Personal Allowance

Personal allowance means amount of money that you can earn before you start to be taxed. In UK Tax system, tax on your personal income is levied when you cross the limit specified by HMRC. Any taxpayer whose earnings are below the specified limit in a particular tax year is not eligible for paying income tax. It is known as Personal Tax Allowance or a tax free allowance. Income tax is always levied on the amount over and above the limit specified by HMRC. Certain individuals are entitled for a larger personal tax allowance as compared to others. It includes blind peoples, married couples in which at least one of the member was born before 6th April 1935 and if you are above 65 years.

Personal Tax allowance is considered as good news for UK citizens but considered as major disappointment to Her Majesty’s Revenue & Customs (HMRC) because it is the money which you are allowed to earn without paying any income tax on it. However, personal tax allowance in UK is not fixed for everyone.

Personal Tax Allowance Generally Depends on Two Factors:-
  1. Your age.
  2. Your total income
How much tax you pay in one particular tax year depends on two factors:-
  1. How much of your income is over & above your Personal Allowance?
  2. How much of your income falls within each tax band?
For example:-

Steve works as a freelance web designer and he wants to understand how much tax he has to pay for the year 2018-19.

In order to understand this, he needs to know two important things:-
  1. His personal allowance for the year 2018-19 and
  2. His total income for the year 2018-19.

If his net total income for the year 2018-19 is £50,000 and his personal allowance entitlement is £11,850. In this case, his taxable profit is:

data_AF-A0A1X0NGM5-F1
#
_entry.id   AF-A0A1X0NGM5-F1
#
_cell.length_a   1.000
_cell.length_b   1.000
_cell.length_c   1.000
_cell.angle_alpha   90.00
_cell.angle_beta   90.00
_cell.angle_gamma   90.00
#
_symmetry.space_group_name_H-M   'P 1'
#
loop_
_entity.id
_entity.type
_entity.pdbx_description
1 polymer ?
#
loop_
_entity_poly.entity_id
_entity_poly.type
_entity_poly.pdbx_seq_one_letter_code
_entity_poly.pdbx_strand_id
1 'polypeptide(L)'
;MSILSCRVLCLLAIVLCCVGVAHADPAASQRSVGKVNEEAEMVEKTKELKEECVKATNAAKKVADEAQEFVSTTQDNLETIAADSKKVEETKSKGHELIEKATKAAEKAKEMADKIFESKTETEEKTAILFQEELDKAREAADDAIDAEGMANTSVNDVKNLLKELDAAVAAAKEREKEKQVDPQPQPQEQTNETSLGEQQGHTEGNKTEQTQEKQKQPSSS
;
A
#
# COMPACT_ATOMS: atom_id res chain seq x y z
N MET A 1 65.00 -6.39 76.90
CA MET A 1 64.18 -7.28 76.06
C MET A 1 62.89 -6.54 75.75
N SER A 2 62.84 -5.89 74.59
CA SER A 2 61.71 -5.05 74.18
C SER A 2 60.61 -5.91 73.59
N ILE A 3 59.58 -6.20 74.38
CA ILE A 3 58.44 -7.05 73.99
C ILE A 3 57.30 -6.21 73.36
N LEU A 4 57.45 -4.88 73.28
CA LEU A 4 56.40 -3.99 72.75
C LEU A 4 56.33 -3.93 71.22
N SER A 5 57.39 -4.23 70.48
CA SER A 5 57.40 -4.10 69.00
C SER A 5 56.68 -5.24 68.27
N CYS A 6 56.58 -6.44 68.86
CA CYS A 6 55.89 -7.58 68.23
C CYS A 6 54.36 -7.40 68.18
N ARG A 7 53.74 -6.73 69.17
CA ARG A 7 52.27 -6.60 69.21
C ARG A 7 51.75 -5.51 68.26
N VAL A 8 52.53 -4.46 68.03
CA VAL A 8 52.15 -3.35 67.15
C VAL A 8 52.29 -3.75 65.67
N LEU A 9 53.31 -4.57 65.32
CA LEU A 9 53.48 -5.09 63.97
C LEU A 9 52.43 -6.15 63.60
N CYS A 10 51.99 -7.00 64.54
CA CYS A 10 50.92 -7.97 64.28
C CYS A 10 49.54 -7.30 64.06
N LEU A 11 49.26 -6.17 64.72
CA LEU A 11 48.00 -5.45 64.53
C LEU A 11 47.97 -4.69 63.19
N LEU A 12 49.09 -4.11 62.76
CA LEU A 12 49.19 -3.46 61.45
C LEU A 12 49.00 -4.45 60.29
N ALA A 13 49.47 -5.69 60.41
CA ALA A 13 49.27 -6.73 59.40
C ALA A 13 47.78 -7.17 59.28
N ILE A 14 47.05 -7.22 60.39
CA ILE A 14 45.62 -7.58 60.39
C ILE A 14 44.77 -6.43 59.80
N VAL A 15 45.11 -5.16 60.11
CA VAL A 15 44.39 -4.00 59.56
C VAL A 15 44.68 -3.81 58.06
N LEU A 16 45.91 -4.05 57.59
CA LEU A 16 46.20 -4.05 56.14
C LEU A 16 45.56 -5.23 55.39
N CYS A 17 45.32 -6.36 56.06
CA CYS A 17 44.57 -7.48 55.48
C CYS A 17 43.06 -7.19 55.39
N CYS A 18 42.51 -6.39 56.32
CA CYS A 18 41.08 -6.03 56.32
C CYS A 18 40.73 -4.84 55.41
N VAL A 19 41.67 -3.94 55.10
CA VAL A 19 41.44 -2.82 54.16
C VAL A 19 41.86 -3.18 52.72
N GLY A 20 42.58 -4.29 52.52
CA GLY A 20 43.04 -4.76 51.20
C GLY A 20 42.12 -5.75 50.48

£50,000 - £11,850 = £38150 i.e. Steve will pay income tax only on £38,150 rather than paying on £50,000.

What is Personal Tax Allowance

Personal Allowance and Income Limit Comparison

Personal Allowance and Income Limit starting from 2012-13 to 2019/20
Tax Year Personal Allowance Income Limits
2019-20 £12500 £1,00,000
2018-19 £11,850 £100,000
2017-18 £11,500 £100,000
2016-17 £11,000 £100,000
2015-16 £10,600 £100,000
2014-15 £10,000 £100,000
2013-14 £9,440 £100,000
2012-13 £8,105 £100,000

In the year 2018-19, UK Government increased the tax free allowance for year 2019-20 by £650 and this step is for sure a huge relief for the families having low income whereas the upper limit on income i.e. £100,000 remains the same.

Tax Free Personal Allowance for tax year 2019-20

The standard tax free personal allowance for tax year 2019-20 is £12500. This is the income on which you do not have to pay tax on.

In case you claim marriage allowance or blind person’s allowance, your personal allowance may be bigger whereas it is smaller if your income is above £100000.